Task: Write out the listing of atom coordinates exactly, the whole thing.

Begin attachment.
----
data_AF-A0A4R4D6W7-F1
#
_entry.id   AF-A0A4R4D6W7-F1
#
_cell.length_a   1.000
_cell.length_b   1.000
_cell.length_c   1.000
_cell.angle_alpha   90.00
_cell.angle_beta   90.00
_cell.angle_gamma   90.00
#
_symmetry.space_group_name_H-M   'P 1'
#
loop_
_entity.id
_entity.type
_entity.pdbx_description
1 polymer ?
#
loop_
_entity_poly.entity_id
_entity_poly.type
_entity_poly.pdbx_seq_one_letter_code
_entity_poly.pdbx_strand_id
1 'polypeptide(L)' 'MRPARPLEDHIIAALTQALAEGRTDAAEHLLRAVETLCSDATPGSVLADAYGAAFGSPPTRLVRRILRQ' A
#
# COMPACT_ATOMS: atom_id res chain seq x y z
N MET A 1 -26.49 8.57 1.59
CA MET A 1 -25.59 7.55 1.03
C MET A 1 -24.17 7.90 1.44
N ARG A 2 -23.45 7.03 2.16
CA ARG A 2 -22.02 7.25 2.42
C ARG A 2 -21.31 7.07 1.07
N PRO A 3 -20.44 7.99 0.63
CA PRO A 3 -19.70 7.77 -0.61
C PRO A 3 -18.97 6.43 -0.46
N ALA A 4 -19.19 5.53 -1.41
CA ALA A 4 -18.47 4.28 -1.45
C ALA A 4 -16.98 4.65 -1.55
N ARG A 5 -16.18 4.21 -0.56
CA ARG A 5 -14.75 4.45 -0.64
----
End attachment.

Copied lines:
data_AF-A0A4R4D6W7-F1
#
_entry.id   AF-A0A4R4D6W7-F1
#
_cell.length_a   1.000
_cell.length_b   1.000
_cell.length_c   1.000
_cell.angle_alpha   90.00
_cell.angle_beta   90.00
_cell.angle_gamma   90.00
#
_symmetry.space_group_name_H-M   'P 1'
#
loop_
_entity.id
_entity.type
_entity.pdbx_description
1 polymer ?
#
loop_
_entity_poly.entity_id
_entity_poly.type
_entity_poly.pdbx_seq_one_letter_code
_entity_poly.pdbx_strand_id
1 'polypeptide(L)' 'MRPARPLEDHIIAALTQALAEGRTDAAEHLLRAVETLCSDATPGSVLADAYGAAFGSPPTRLVRRILRQ' A
#
# COMPACT_ATOMS: atom_id res chain seq x y z
N MET A 1 -26.49 8.57 1.59
CA MET A 1 -25.59 7.55 1.03
C MET A 1 -24.17 7.90 1.44
N ARG A 2 -23.45 7.03 2.16
CA ARG A 2 -22.02 7.25 2.42
C ARG A 2 -21.31 7.07 1.07
N PRO A 3 -20.44 7.99 0.63
CA PRO A 3 -19.70 7.77 -0.61
C PRO A 3 -18.97 6.43 -0.46
N ALA A 4 -19.19 5.53 -1.41
CA ALA A 4 -18.47 4.28 -1.45
C ALA A 4 -16.98 4.65 -1.55
N ARG A 5 -16.18 4.21 -0.56
CA ARG A 5 -14.75 4.45 -0.64